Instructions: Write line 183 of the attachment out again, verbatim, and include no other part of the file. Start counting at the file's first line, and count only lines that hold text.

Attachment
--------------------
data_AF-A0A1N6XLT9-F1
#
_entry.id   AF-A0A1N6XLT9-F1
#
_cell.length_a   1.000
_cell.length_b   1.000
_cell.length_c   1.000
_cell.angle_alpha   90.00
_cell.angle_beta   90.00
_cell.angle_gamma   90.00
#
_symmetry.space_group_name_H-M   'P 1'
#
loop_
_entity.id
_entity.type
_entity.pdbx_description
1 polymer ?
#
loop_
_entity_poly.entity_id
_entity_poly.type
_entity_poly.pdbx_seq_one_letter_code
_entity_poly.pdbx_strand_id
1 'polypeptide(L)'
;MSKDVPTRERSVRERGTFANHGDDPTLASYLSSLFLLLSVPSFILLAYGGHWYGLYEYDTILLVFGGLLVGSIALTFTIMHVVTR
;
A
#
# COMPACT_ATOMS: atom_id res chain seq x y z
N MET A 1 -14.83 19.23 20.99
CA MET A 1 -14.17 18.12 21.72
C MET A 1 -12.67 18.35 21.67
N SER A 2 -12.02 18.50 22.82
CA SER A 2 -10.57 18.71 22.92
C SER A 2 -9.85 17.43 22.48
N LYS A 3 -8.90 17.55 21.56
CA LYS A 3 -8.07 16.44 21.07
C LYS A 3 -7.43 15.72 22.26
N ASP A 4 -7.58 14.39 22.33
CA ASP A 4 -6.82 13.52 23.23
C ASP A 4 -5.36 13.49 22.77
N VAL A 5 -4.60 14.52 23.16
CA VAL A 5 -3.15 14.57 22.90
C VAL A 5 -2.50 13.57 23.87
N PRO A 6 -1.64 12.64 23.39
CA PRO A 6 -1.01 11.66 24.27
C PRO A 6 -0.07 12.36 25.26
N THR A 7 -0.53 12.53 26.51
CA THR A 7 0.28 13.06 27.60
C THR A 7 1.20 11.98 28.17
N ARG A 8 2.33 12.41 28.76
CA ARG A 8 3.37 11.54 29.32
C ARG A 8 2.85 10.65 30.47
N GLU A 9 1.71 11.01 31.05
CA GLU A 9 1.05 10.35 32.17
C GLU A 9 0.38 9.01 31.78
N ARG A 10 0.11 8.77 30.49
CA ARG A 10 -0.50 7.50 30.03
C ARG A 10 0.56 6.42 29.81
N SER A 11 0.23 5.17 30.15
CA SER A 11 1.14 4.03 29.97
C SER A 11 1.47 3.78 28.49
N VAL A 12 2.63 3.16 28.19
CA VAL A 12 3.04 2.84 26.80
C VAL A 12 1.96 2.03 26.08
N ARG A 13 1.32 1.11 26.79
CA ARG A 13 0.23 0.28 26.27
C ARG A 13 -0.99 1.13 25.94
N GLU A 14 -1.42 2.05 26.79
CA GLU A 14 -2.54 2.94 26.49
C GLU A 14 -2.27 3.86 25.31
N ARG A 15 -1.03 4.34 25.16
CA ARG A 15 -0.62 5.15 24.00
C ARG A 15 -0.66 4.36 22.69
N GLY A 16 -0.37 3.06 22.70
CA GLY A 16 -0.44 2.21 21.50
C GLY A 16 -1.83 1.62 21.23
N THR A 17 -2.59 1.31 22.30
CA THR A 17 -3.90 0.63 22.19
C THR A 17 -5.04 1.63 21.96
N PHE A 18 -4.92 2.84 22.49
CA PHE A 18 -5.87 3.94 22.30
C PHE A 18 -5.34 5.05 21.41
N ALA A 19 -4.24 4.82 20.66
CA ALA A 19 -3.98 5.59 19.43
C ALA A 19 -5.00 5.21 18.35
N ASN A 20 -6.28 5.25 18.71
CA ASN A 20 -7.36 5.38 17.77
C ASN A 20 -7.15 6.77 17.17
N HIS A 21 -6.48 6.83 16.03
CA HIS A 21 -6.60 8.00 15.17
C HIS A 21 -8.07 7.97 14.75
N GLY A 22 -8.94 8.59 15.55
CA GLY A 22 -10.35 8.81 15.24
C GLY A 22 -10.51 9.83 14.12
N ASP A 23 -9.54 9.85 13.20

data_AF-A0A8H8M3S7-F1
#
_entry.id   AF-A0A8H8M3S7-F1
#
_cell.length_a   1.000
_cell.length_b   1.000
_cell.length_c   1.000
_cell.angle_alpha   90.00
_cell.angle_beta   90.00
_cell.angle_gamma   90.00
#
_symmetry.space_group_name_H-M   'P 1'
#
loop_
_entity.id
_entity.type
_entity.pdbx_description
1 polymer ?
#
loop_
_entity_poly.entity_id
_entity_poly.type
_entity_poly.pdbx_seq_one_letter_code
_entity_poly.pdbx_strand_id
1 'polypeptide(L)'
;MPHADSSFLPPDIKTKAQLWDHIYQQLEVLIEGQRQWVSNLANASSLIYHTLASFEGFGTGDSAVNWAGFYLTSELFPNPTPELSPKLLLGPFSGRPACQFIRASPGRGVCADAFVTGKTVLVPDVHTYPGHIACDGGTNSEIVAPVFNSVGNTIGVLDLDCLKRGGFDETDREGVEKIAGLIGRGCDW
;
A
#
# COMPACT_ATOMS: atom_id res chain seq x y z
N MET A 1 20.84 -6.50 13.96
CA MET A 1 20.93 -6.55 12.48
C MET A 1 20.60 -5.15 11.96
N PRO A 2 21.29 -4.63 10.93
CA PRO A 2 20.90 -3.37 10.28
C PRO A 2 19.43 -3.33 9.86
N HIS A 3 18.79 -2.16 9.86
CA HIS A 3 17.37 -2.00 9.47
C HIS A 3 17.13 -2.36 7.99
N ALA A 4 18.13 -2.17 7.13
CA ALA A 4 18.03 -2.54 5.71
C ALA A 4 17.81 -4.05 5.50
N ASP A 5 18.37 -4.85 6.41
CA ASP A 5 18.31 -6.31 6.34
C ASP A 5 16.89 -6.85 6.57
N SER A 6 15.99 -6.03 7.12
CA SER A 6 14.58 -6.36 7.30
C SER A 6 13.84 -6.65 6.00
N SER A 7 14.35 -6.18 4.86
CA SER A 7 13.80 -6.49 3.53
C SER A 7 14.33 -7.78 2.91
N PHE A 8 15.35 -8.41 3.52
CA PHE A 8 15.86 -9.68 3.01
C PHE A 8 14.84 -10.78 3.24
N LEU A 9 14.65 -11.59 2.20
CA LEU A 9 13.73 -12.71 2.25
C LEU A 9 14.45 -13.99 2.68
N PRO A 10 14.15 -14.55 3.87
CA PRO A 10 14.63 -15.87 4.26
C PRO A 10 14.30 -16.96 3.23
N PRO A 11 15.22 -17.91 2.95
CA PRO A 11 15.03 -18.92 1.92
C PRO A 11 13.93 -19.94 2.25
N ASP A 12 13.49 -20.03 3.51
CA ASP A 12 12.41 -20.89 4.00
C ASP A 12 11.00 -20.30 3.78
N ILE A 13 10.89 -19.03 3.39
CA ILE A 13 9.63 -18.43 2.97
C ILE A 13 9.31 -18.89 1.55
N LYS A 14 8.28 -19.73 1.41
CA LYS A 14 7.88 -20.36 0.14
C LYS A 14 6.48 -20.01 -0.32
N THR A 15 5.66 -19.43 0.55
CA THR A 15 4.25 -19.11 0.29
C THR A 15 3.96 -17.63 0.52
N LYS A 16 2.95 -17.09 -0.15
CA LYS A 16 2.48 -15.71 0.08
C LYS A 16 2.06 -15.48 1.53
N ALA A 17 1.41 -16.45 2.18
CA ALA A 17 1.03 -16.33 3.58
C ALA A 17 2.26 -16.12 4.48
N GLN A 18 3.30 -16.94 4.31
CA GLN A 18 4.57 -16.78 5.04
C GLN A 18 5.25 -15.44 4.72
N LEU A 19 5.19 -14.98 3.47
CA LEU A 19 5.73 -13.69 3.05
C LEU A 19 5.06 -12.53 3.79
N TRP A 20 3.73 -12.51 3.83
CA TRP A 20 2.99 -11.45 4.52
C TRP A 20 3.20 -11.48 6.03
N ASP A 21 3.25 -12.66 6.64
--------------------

CA LEU A 19 5.73 -13.69 3.05